knowledge by inviting groups to regularly report on their progress and findings to the school as a whole. •F inally, and most importantly, keep the focus of the school on teaching and learning and ensure adequate time allocation for PLCs. The leadership team should ensure that they are seen as instructional leaders, and neither their own nor the teachers’ time and energies are spent on activities that do not directly or indirectly enhance student learning.
References Dinham, S. (2008). How to get your school moving and improving. Camberwell, Victoria, Australia: ACER Press. Hattie, J. (2012). Visible learning for teachers: Maximizing impact on learning. New York: Routledge. Hopkins, D. (2013). Exploding the myths of school reform. Camberwell, Victoria, Australia: ACER Press. O’Donoghue, T., Clarke, S. (2010). Leading learning: Process, themes and issues in international contexts. New York. Sharratt, L., Planche, B. (2016). Leading collaborative learning: Empowering Excellence. California: Corwin.
Pursuing a Career or Answering a Call The Transcendent Teacher by Sarah Mellado - Southern Hills Christian College
Career noun 1. An occupation or profession, especially one requiring special training, followed as one’s lifework.
Calling noun 1. The act of a person or thing that calls. adjective 1. Transcendent: Going beyond ordinary limits; surpassing; exceeding.
As I watch my 15-year-old son try and formulate a path that can take him towards his chosen career, I reflect on biblical characters who did not seem to have a say in their future ‘careers’, just that they were born to watch sheep, for example, because that was what their fathers did before them and their fathers’ fathers before them. To some degree, this has not changed in our household – Ruben wants to study engineering, because that is what his father does. And yet, I have heard of many who did not want to work in the field they find themselves in. These testify that a divine direction led them to where they are. We read of these types of experiences in the Bible as well. Famous is the struggle and many excuses Moses gave God of his incapability to do what God was asking of him. Before him was Joseph who was sold into slavery just so that he could fulfil God’s purpose in bringing the Israelites into Egypt. Before Joseph was Noah, who had to build an ark for rain that he had never experienced before. Many and varied were the callings mentioned in the Bible, always however, to fulfil God’s divine purpose.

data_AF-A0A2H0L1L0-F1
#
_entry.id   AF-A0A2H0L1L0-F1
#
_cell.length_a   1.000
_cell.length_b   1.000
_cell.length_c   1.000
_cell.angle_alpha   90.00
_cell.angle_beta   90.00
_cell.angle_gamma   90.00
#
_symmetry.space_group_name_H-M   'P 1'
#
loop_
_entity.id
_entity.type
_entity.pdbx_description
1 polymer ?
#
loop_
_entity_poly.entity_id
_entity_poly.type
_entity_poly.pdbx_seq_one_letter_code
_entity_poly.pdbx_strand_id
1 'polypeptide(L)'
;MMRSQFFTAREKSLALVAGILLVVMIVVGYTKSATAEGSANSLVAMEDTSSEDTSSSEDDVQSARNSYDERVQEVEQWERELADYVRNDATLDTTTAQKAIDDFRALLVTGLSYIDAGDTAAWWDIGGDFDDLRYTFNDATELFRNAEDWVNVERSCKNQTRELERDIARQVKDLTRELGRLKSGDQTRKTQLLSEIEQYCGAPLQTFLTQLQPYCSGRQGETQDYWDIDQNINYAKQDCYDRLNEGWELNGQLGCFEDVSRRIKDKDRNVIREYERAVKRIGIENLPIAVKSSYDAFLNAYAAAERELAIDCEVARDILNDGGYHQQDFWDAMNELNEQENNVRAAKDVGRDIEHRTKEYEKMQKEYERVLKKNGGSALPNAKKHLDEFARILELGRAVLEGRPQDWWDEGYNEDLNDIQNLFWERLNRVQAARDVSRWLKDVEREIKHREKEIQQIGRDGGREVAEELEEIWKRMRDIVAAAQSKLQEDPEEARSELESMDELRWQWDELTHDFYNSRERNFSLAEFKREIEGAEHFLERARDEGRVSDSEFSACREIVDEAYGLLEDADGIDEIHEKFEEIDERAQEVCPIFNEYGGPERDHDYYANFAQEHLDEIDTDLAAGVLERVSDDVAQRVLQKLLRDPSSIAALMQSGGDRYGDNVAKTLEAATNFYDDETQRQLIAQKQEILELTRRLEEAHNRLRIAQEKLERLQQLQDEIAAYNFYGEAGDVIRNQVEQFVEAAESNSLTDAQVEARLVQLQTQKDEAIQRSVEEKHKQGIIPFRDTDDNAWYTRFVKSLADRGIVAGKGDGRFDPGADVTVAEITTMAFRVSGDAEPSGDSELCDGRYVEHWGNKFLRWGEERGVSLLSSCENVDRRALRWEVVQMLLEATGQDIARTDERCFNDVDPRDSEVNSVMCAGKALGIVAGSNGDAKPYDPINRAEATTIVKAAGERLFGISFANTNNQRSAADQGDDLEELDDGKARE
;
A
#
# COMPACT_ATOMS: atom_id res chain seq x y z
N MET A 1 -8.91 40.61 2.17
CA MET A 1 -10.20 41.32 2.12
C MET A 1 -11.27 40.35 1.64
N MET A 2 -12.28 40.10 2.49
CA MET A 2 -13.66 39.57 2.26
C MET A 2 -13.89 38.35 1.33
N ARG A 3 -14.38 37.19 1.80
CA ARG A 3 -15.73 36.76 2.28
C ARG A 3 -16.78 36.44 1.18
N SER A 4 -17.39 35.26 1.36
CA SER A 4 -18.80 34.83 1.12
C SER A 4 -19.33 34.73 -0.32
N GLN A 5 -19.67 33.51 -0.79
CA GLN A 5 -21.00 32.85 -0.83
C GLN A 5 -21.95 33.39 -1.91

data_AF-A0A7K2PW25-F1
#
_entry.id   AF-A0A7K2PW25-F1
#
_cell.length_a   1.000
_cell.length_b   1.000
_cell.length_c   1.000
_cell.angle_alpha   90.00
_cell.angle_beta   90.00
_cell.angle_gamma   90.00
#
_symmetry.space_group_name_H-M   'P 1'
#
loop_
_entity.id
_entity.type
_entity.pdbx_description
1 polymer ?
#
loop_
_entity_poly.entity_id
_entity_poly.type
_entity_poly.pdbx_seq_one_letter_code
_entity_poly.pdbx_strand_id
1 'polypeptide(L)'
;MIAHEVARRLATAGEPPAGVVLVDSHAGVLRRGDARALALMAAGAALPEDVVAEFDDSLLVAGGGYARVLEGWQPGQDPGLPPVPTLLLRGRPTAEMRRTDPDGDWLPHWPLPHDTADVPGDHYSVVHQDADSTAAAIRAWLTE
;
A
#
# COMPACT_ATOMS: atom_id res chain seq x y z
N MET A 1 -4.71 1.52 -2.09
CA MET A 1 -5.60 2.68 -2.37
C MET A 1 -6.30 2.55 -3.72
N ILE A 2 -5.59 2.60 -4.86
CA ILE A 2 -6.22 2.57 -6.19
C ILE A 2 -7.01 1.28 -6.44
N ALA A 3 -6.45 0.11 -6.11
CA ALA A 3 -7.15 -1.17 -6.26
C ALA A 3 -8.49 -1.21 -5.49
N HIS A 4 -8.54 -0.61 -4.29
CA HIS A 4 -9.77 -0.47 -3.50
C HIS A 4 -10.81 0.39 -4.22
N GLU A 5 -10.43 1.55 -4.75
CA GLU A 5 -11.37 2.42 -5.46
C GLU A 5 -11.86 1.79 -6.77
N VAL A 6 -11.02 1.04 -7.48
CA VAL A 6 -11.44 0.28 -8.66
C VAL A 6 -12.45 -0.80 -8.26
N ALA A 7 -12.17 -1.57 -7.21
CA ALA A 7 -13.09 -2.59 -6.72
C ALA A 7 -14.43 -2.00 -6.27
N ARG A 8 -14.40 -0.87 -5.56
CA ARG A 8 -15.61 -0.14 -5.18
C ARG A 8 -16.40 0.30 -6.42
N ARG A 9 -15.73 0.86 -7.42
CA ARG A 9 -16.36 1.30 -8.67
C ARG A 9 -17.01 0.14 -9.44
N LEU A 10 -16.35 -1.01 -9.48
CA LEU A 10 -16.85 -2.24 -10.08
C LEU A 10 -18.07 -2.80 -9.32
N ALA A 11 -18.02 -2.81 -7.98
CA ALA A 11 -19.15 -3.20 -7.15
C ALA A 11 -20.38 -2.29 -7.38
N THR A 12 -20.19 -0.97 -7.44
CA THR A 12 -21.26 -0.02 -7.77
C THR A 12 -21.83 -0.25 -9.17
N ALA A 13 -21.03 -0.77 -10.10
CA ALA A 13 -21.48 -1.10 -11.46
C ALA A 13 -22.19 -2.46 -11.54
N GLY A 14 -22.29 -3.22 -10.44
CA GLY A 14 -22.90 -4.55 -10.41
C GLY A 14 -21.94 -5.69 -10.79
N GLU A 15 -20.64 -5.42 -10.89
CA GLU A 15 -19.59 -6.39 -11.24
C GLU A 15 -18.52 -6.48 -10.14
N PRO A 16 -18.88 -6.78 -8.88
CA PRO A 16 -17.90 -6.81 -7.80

How then do I know that I am not just pursuing a career but rather, I am answering a divine call? Firstly, according to Romans 1:6, Paul reminds us that we are called to follow Christ. Jesus was not exempt from answering a call on His life. It was because God loved the world that Jesus came. He could have however, just come to do that one thing – die on a cross to save mankind from sin. Instead, Jesus became the ultimate exemplar of a life that answers the call. Unlike a career, when we look closely at those who answered a divine call, there was hardly, if any, prior training. That is not to say that the person did not have a career or job in which they worked and earned their living, but when God calls them, it is hardly ever because their skills or job acumen singled them out. Not much is mentioned as to why God chose certain people, and much of the time He was met with resistance. Even His son asked if there could be another way to fulfil what God had destined for Him to do. Solomon took away from such a calling the most valuable lesson that is applicable even today: “Trust in the Lord with all your heart, and lean not on your own understanding. In all your ways, acknowledge Him and He will make your path straight”. (Proverbs 3:5) I know without a doubt that my career is teaching. I have completed studies to ensure that I understand and practice good pedagogy and I continue to study in order to help those who are pursuing the same. In my ten years working in Christian Education, I have come to recognise God’s calling which has set apart, for me, the expert teacher and the transcendent one. 1. The transcendent teacher has a deep and steadfast relationship with God. Everything done is in submission to His will and for His glory alone. These teachers seek the counsel of the word of God in all subject areas, including how, what and when to assess learning. Like Jesus, they start their lessons using what is relevant to the students, from their stand point. They are in tune with each child’s learning style and needs, often not only relying on their own skills but seeking God’s counsel on how best to reach the whole child. God is ever present in the whole area of the school, be it the classroom, the playground, the gym, or the staff room. Wherever these teachers are, God is foremost in their thinking and interactions. 2. The transcendent teacher understands that quite